Home / Fulltext Opinions / Supreme Court of Virginia / LEE GARDENS ARLINGTON LIMITED PARTNERSHIP v. ARLINGTON COUNTY BOARD, et al.


Present: Carrico, C.J., Compton, Stephenson, Lacy, Hassell and Koontz, JJ., and Poff, Senior Justice

Record No. 950305





Benjamin N.A. Kendrick, Judge


November 3, 1995

This is a taxpayer’s appeal from a judgment upholding a tax assessment of Sheffield Court Apartments, a large garden apartment complex owned by Lee Gardens Arlington Limited Partnership (Lee Gardens, or the taxpayer).

On January 16, 1992, the property was valued at $33,719,278. The County Board of Arlington County (the County) approved a partial exemption for rehabilitation which reduced the assessed value to $24,539,900. In October, based upon a review of a three-year history of Sheffield Court’s report of operating income and expense and a redetermination of its net operating income, the County raised the January assessment to $26,896,600.

In December 1993, Lee Gardens filed an application under Code ?? 58.1-3984 and -3987 to correct the revised assessment and to require a refund of overpayment. Lee Gardens alleged that the 1992 assessment “does not reflect the fair market value of the property [and] . . . is not uniform in its application.” The County filed a counterclaim asking the court to increase the assessment to $28,139,800 “based on actual net operating income . . . data . . . not received . . . until after the 1992 assessment was made.”

During discovery, Lee Gardens requested disclosure of tax assessment worksheets used by the County, and the County filed a request for disclosure of certain taxpayer records. The trial court denied the taxpayer’s request and, in part, the County’s request.

As its final witness at trial, Lee Gardens introduced George Byrne, a private tax consultant, and asked the court to qualify him as an expert in valuation of commercial real estate and review of assessments. Byrne was not licensed as an appraiser, and the court ruled that he was ineligible to testify as an expert witness.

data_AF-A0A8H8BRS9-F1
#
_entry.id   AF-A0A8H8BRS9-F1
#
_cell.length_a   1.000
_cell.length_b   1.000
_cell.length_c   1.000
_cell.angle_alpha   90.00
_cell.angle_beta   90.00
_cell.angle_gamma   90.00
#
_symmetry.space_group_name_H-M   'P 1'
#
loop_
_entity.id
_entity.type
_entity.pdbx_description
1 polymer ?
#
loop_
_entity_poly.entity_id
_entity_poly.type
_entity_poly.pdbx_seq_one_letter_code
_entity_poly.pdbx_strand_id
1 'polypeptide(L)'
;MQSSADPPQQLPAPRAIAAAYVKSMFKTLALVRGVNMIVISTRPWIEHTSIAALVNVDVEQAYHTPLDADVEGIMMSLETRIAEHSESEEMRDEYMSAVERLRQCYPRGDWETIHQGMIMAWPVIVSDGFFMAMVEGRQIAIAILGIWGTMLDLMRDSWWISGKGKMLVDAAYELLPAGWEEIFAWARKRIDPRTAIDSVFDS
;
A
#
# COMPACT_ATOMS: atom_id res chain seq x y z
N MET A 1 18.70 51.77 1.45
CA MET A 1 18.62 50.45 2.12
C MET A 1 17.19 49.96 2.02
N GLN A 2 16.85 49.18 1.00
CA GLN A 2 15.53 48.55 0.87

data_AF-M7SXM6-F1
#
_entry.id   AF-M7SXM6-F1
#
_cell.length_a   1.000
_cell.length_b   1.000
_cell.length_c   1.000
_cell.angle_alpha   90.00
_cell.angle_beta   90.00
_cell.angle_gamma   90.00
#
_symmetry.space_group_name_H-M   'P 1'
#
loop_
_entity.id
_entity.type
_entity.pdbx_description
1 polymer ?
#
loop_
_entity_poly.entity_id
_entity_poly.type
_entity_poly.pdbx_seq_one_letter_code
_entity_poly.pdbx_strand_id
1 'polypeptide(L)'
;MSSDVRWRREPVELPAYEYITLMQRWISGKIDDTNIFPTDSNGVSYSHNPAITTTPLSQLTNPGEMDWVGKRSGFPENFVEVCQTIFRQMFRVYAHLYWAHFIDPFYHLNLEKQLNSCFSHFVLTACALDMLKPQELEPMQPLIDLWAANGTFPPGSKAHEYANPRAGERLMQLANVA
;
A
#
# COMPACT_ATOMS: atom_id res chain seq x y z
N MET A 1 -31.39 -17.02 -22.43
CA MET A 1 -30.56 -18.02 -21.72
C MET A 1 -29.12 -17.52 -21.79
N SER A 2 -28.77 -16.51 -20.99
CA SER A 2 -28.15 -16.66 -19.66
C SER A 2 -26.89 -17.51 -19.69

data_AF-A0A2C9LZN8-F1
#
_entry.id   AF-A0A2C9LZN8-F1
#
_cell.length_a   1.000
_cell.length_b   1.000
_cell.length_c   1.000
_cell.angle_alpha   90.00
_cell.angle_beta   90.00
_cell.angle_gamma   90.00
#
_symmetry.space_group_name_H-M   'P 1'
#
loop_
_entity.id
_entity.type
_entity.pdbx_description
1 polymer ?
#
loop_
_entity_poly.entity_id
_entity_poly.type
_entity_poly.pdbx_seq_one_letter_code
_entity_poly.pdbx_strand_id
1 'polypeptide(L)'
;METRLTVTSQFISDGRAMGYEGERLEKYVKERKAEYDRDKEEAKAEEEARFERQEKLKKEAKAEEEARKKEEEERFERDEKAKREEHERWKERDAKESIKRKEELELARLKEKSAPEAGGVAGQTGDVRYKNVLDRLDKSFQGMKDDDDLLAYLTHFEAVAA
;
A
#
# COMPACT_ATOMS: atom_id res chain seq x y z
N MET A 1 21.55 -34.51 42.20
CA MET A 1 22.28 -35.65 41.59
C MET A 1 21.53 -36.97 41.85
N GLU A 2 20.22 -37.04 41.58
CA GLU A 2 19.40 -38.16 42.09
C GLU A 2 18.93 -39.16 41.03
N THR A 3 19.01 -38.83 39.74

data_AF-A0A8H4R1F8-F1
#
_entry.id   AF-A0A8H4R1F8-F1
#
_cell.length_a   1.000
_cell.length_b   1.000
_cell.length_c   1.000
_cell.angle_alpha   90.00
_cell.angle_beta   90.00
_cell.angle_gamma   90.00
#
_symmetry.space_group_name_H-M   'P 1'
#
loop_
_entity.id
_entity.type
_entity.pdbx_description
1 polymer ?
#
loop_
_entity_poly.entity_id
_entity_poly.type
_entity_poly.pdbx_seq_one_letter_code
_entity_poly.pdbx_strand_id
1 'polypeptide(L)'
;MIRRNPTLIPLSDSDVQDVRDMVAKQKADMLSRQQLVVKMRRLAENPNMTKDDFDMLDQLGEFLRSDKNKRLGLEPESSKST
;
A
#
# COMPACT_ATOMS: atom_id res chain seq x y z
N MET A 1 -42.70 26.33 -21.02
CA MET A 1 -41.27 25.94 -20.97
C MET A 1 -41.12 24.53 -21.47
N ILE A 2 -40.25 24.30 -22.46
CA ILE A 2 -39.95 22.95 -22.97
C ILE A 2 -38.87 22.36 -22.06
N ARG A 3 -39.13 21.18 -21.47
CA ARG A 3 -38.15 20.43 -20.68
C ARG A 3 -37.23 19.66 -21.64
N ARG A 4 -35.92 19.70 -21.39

Lee Gardens moved for a continuance. The court denied the motion. The taxpayer moved for nonsuit, and the County moved to strike the taxpayer’s evidence. The court denied Lee Gardens’ motion and granted the County’s motion to strike the evidence. Thereupon, the County nonsuited its counterclaim.

We awarded Lee Gardens an appeal, and we will consider the three questions raised by its assignments of error.


First, we address the question whether the trial court erred in denying the taxpayer’s discovery request.

The assessment formula employed here is called “capitalization of net operating income”. Under that formula, operating expenses are subtracted from operating income, and a capitalization rate is applied to the difference to determine the assessment. As operating income remains constant, the quantum of the assessment will vary according to changes in the operating-expense factor.

In its application of the assessment formula, the County created a set of “guidelines” of income and expenses. The set includes different guidelines for different types of taxable properties. Thomas Rice, director of the County’s department of assessments, testified that the guidelines were used as “the first indication on the value”; that the appraisal staff “examines each of the indications of value produced by those guidelines . . . the experience of the property, its history as reported”; that the staff “has the latitude of adjusting those guideline numbers . . . to reflect the operation of the particular property”; and that, absent such “historical . . . information, the last resort for the county is to rely on the guidelines”.

Rice said that the guidelines were not applied to Sheffield Court because its history of operation showed “higher rent” and “lower expenses” than those “indicated by the guidelines”, and that no apartment complex with a history of income and expenses like those of Sheffield Court had been assessed by applying the guidelines. As appears from the County’s response to a request for admissions, approximately 40 percent of 1992 appraisals of large garden apartment complexes did not apply the guidelines. Rice testified further that the guidelines were not applied when actual expenses were historically higher than the guidelines.